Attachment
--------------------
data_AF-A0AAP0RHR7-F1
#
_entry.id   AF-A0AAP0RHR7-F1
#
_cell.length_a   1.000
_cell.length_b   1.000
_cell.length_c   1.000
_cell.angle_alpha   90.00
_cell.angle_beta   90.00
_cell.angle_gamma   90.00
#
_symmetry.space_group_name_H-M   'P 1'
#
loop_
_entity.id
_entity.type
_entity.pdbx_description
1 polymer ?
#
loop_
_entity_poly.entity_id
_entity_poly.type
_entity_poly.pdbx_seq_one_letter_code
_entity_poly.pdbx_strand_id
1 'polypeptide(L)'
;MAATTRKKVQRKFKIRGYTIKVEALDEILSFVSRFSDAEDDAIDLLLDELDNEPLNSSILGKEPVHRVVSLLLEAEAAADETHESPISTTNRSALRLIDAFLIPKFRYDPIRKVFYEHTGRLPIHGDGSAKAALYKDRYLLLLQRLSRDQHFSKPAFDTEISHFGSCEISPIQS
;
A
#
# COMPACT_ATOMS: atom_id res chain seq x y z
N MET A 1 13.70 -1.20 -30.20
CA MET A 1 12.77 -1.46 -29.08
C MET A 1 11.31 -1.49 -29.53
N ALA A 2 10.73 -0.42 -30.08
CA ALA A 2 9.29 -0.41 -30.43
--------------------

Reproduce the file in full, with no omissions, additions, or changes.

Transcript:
data_AF-A0AAP0RHR7-F1
#
_entry.id   AF-A0AAP0RHR7-F1
#
_cell.length_a   1.000
_cell.length_b   1.000
_cell.length_c   1.000
_cell.angle_alpha   90.00
_cell.angle_beta   90.00
_cell.angle_gamma   90.00
#
_symmetry.space_group_name_H-M   'P 1'
#
loop_
_entity.id
_entity.type
_entity.pdbx_description
1 polymer ?
#
loop_
_entity_poly.entity_id
_entity_poly.type
_entity_poly.pdbx_seq_one_letter_code
_entity_poly.pdbx_strand_id
1 'polypeptide(L)'
;MAATTRKKVQRKFKIRGYTIKVEALDEILSFVSRFSDAEDDAIDLLLDELDNEPLNSSILGKEPVHRVVSLLLEAEAAADETHESPISTTNRSALRLIDAFLIPKFRYDPIRKVFYEHTGRLPIHGDGSAKAALYKDRYLLLLQRLSRDQHFSKPAFDTEISHFGSCEISPIQS
;
A
#
# COMPACT_ATOMS: atom_id res chain seq x y z
N MET A 1 13.70 -1.20 -30.20
CA MET A 1 12.77 -1.46 -29.08
C MET A 1 11.31 -1.49 -29.53
N ALA A 2 10.73 -0.42 -30.08
CA ALA A 2 9.29 -0.41 -30.43